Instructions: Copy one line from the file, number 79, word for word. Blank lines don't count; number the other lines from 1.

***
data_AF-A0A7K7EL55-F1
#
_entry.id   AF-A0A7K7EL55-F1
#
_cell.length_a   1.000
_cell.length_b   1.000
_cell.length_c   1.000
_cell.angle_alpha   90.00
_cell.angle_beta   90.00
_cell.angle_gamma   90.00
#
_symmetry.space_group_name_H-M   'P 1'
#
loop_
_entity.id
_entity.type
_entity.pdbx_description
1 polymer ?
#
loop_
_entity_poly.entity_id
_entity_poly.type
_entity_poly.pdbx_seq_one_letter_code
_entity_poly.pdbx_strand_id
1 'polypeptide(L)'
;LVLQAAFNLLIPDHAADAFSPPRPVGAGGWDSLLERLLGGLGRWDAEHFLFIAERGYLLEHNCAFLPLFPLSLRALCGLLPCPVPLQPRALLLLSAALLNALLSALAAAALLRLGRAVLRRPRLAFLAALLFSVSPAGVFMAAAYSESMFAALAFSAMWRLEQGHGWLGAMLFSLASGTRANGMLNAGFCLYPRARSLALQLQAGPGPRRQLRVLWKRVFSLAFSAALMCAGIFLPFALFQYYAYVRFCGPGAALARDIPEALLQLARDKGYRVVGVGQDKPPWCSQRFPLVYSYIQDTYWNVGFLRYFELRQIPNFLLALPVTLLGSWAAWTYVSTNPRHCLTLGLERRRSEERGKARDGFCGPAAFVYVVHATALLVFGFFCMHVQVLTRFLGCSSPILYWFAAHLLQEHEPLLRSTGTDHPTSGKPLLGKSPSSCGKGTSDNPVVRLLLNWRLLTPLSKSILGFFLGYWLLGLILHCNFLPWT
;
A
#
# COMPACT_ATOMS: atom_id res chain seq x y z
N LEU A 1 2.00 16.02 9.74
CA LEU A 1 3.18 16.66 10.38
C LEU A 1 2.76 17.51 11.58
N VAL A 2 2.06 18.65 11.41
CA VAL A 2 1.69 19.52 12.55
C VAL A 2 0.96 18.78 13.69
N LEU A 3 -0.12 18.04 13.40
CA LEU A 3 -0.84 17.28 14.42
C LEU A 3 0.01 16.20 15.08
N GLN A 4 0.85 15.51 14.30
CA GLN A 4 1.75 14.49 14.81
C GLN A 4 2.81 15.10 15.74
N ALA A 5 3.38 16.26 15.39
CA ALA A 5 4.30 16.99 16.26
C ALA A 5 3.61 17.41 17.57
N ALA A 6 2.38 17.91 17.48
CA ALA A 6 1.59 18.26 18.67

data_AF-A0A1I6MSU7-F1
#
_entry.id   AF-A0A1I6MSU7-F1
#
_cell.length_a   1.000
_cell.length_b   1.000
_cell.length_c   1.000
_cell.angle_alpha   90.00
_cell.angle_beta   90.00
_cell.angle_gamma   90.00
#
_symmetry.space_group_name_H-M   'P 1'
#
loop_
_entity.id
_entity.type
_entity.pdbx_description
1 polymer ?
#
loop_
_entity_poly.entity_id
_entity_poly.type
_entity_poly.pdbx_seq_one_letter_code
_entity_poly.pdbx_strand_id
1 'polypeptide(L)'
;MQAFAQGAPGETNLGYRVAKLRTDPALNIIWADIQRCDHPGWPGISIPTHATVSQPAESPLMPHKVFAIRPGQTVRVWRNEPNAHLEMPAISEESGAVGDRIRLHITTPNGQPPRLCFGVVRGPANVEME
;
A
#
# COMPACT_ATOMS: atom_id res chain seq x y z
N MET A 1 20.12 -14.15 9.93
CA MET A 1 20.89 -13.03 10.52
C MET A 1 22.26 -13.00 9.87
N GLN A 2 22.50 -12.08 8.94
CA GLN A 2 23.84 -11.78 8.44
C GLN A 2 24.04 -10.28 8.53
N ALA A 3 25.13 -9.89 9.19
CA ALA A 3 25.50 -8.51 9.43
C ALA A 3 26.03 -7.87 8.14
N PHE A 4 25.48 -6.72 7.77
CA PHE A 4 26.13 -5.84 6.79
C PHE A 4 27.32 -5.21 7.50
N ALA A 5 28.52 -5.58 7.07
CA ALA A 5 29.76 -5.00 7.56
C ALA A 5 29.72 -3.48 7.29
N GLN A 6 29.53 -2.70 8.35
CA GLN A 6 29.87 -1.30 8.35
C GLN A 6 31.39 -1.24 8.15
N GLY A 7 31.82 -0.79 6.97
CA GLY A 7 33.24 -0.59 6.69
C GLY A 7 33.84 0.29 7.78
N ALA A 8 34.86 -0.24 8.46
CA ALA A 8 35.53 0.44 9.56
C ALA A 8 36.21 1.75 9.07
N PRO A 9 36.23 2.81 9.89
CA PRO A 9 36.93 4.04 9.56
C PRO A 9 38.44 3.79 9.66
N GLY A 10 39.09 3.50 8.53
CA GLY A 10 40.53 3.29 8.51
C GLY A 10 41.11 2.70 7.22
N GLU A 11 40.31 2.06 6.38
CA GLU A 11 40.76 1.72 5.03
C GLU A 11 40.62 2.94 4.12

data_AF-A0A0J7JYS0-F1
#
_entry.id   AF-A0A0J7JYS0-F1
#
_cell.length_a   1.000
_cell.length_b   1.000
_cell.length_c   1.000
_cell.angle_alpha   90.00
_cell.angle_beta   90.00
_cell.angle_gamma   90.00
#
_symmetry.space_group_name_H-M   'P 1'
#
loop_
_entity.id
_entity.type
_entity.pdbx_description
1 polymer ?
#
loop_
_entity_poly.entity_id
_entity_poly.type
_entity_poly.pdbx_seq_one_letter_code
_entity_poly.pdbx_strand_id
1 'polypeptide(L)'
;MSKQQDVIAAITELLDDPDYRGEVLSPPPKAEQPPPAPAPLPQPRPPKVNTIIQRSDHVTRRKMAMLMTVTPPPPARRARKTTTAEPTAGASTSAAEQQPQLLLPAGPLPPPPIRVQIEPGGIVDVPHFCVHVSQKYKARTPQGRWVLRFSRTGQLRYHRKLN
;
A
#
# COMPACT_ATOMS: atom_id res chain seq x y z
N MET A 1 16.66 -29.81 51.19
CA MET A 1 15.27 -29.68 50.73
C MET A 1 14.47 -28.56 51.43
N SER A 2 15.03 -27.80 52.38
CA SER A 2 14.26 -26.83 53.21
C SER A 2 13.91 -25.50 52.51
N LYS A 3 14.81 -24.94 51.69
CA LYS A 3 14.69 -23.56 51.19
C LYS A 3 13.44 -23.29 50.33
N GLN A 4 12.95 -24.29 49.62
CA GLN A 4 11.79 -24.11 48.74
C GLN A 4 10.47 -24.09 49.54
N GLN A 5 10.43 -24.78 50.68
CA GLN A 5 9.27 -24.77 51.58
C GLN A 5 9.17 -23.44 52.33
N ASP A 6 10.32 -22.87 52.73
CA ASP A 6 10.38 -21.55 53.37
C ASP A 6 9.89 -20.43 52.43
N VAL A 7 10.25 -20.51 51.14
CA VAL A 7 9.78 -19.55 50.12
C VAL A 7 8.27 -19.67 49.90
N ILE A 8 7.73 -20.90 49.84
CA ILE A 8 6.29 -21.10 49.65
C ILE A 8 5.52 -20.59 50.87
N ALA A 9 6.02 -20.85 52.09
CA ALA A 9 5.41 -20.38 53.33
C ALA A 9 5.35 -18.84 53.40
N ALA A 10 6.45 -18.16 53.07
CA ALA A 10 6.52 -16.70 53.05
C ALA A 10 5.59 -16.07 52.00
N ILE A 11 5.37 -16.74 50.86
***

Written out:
CA MET A 1 20.89 -13.03 10.52